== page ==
Some newer locally owned businesses also made their appearance in the 1970s and 80s. The most prominent was Today’s Bread, operated by the indomitable and fearless Elizabeth “Betty” VanderSnoek. Almost as a dare to those who might be inclined to thievery, Betty was known to hand carry in her pocketbook the day’s bountiful proceeds from sales at her shop to the local branch of the First National Bank of Boston on Centre Street. She would even stop along the way to chat with some of the locals while her bag burgeoned with cash. I once asked her why she took the chance. She answered, “No one’s going to bother me.” She was right—no one did.

Betty along with her daughter, Terry Bruce, opened Today’s Bread in the 1980. She put down her stake at a time when Jamaica Plain was undergoing a period of drastic change caused in large part by the companion catalysts of a school busing order issued by federal judge W. Arthur Garrity and the phenomenon known as “white flight,” i.e., the departure to more suburban climes of those with the desire and wherewithal to move from the agitation caused by the judge’s order. The shop she purchased had previously been the site of one of the local drug stores and is today the location of the Bukara Indian restaurant. Situated at the corner of Centre and Burroughs with large windows that reached all the way down to ankle level, the shop provided the best view of Centre Street activity. That activity included not only Jamaica Plain’s streetcars running by the shop every six to eight minutes in both directions, but also automobile traffic, lots of pedestrian movement, and the occasional interruption of all street activity by the emergence from the local Centre Street fire house (today’s JP Licks) of Engine 28 and Ladder 10 responding to an alarm.

Perhaps because it offered the best view of the street, Today’s Bread also became the gathering spot for conversation and news. So well known was it as an attraction that during the 1986 gubernatorial campaign, Michael Dukakis, then governor running for re-election in Massachusetts, stopped by Betty’s shop to shake hands and ask for support. I happened to be there that afternoon with tea and newspaper when the Governor came over. By this time, the carline had been in “temporary suspension” for about six months. As anyone knows who ever met Dukakis, he has a rather low key style about him. He’s personable and conversational. He’s also not full of himself, demonstrated by the fact that this day he arrived alone at Today’s Bread—no entourage, no script. As his Secretary of Transportation and Construction, Frederick P. Salvucci, O’Leary’s boss, was calling the shots on whether Arborway streetcar service would be restored, I engaged the Governor on the subject. He responded with a question that would continue to overshadow the entire discussion about restoring the streetcar line. It was the standard ploy that fueled the City Lines conspiracy among General Motors, Firestone Tire, Standard Oil of California, and others in the 1940s, (United States v. National City Lines, 186 F.2d 562 (7th Cir. 1951), which resulted in the abandonment of many of the nation’s streetcar systems in favor of diesel-powered buses. He asked in obvious ignorance of the ridership success of the line, “Well, do you think the streetcars can maneuver in this traffic?” Of course I did, and so did Betty, who although not present the day the Governor appeared in her shop, not only spoke out in favor of streetcar service at the many community meetings that followed, but also allowed supporters to place “Restore the Arborway Trolley” posters in her commodious shop windows. And because of her leadership in the business community, many other shop owners did the same.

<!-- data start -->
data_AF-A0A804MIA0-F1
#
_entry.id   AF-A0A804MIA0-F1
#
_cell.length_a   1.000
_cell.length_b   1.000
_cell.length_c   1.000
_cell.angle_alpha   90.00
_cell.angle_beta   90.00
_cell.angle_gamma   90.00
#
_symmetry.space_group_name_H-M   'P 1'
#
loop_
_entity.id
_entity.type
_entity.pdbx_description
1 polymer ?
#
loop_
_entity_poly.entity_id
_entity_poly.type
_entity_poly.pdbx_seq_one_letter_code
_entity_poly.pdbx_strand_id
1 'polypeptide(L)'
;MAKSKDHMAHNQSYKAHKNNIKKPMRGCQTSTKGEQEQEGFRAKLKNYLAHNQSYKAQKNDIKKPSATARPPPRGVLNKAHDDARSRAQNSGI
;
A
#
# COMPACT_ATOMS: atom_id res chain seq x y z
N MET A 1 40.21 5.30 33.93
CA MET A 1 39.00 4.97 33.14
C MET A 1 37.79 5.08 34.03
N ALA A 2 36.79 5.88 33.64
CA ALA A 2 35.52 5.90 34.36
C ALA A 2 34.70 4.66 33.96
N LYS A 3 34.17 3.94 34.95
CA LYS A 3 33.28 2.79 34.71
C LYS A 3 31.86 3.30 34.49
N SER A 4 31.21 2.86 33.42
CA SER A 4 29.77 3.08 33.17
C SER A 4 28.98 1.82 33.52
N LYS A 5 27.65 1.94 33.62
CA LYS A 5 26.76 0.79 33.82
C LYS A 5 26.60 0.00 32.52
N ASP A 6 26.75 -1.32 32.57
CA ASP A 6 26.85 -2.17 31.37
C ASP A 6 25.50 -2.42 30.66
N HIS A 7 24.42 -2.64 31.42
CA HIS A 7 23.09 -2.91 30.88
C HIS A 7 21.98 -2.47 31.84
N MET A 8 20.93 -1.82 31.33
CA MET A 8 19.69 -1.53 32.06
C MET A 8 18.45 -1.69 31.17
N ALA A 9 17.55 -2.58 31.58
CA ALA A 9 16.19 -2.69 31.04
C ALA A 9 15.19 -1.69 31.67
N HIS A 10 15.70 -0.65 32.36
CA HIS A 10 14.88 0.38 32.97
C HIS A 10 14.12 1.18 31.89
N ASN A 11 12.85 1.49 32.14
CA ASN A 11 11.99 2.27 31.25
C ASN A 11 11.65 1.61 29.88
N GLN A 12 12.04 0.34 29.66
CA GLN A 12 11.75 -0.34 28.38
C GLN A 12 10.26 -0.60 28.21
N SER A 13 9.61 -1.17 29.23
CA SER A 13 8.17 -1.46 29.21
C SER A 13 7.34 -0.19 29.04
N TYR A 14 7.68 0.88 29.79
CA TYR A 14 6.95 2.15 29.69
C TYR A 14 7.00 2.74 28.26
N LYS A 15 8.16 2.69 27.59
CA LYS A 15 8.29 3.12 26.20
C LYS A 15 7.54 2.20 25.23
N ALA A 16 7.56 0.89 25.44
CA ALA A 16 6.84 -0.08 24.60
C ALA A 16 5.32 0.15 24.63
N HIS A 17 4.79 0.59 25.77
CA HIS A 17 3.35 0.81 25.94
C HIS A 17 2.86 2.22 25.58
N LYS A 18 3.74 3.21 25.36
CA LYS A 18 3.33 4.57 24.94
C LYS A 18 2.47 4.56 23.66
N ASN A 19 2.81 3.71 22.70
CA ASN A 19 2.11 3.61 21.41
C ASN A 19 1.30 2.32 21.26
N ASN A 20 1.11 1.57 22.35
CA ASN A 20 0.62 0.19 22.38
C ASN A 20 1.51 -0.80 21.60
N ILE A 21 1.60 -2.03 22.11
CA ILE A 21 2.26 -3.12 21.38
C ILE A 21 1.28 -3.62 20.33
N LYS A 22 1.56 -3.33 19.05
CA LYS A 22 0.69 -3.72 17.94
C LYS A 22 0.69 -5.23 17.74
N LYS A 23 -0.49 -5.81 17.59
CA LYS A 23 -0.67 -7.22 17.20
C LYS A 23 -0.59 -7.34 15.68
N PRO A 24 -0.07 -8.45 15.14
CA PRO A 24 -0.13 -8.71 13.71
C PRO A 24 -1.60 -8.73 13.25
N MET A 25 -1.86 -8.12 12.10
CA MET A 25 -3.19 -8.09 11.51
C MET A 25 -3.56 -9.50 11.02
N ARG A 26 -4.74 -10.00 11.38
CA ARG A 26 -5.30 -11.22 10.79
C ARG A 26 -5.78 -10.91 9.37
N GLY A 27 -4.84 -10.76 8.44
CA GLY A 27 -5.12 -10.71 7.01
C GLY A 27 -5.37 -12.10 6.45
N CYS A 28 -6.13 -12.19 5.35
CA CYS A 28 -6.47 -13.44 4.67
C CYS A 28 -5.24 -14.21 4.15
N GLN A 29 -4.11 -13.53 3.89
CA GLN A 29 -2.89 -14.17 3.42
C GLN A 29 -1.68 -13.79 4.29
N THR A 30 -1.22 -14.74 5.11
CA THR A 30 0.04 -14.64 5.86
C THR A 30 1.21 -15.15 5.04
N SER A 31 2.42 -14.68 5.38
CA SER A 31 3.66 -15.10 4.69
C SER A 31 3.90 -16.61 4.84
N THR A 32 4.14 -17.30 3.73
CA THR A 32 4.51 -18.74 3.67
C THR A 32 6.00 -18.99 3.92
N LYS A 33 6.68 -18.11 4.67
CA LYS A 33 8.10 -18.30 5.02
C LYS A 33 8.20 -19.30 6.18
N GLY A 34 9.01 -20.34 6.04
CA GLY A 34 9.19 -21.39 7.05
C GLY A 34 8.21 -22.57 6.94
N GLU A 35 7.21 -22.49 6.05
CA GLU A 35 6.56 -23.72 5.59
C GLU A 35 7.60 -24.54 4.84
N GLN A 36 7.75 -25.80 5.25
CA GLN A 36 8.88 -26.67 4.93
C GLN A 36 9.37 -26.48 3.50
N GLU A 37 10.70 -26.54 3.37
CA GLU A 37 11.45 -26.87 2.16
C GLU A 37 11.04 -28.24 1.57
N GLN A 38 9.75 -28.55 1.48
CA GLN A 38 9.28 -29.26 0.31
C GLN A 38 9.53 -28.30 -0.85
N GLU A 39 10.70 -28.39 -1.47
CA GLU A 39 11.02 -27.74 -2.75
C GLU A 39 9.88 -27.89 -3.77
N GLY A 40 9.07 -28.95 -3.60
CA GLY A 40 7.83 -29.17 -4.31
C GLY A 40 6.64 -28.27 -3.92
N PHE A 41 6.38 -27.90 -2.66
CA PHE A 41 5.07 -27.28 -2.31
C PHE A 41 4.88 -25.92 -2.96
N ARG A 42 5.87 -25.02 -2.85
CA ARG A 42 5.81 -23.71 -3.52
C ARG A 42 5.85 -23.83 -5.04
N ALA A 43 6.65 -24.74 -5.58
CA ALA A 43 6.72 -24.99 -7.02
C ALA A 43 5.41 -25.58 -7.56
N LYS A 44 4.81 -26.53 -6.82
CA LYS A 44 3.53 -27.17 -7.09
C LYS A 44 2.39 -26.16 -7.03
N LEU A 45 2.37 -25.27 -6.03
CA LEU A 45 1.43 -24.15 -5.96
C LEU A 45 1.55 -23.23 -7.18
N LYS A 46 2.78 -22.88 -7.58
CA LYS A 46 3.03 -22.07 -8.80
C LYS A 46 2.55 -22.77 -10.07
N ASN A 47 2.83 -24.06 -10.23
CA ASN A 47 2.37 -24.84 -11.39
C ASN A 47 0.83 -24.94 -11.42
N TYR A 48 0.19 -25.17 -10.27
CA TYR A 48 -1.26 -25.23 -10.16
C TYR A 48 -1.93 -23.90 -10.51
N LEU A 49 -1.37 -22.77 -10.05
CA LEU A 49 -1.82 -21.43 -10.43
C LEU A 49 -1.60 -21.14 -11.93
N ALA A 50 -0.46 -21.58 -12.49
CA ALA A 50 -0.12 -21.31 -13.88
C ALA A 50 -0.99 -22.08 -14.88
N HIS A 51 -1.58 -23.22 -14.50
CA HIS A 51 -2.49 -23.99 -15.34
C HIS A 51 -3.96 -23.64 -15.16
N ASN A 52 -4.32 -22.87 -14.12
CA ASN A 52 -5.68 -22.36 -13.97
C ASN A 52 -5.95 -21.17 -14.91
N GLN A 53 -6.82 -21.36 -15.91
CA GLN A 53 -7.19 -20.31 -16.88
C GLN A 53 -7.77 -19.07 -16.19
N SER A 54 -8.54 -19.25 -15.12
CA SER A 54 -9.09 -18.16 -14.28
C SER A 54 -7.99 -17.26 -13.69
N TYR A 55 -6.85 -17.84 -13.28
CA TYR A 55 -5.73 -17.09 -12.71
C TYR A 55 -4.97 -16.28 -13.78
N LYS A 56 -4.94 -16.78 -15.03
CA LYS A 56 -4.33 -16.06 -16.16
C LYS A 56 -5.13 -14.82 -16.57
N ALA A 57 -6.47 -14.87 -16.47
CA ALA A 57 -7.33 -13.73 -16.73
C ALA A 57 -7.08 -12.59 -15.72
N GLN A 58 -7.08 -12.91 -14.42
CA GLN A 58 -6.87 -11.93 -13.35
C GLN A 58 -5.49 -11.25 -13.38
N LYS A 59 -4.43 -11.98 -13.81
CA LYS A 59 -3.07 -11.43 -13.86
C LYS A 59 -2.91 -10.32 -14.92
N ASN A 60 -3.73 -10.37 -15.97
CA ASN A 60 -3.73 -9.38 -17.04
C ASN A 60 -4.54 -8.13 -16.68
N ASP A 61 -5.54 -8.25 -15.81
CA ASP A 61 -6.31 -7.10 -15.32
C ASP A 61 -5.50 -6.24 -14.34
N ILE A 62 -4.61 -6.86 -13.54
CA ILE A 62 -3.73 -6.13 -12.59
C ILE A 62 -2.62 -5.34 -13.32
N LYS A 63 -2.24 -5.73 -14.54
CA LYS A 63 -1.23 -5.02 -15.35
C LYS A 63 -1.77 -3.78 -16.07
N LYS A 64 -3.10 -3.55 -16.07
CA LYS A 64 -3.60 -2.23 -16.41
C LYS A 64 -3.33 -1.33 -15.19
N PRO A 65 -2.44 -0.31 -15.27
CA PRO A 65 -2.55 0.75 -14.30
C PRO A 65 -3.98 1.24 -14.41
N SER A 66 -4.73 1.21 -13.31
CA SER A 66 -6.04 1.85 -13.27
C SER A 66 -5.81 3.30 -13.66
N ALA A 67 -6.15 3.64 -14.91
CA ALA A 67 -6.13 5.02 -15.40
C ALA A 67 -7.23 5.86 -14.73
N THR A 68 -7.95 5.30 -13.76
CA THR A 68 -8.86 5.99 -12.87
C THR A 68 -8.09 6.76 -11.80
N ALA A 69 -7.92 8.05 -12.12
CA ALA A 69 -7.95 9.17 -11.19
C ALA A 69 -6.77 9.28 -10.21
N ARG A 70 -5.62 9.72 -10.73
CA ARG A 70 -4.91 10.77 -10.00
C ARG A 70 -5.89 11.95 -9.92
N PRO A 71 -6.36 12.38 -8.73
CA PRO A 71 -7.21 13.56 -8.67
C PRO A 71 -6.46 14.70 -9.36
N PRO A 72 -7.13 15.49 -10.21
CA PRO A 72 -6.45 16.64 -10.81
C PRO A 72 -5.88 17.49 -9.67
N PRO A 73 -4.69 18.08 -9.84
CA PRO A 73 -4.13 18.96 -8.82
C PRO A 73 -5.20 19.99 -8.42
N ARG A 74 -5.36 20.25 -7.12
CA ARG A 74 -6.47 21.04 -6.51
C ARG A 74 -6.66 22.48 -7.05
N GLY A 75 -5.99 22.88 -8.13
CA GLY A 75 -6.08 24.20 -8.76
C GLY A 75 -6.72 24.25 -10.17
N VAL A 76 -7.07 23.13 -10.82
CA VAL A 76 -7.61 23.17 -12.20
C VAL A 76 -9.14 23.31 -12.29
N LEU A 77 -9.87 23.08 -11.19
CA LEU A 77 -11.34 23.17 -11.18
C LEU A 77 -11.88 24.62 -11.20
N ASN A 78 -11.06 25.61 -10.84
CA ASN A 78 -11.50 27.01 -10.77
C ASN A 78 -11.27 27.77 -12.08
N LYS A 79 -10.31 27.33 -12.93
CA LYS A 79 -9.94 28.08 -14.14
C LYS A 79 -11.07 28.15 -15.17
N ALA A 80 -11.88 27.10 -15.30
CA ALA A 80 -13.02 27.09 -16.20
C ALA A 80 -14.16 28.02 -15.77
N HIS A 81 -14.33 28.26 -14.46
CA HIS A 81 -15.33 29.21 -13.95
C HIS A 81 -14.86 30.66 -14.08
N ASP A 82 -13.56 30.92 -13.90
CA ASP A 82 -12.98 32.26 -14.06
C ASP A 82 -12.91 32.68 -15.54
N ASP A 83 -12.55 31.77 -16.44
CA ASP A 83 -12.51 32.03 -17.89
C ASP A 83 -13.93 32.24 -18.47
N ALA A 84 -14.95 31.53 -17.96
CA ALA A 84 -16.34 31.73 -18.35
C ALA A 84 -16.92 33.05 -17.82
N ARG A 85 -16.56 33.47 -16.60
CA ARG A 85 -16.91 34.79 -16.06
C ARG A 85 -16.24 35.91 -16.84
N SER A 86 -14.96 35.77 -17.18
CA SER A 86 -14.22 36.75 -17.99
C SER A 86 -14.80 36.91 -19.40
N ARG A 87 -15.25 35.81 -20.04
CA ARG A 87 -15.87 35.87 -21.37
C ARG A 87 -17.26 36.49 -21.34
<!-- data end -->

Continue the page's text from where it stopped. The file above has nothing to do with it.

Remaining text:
So in late December darkness as 3235 and 3261 made the last post-midnight run along a darkened Centre Street, the cars passed Today’s Bread and close to Ellen Small’s Hagar Street residence, all the while stopping to discharge and take on passengers. The mood inside the cars was an interesting and perhaps contradictory mix of sentiments. There was quiet and there was laughter; there was gloom and there was excitement. All, however, had the sense that we were experiencing history.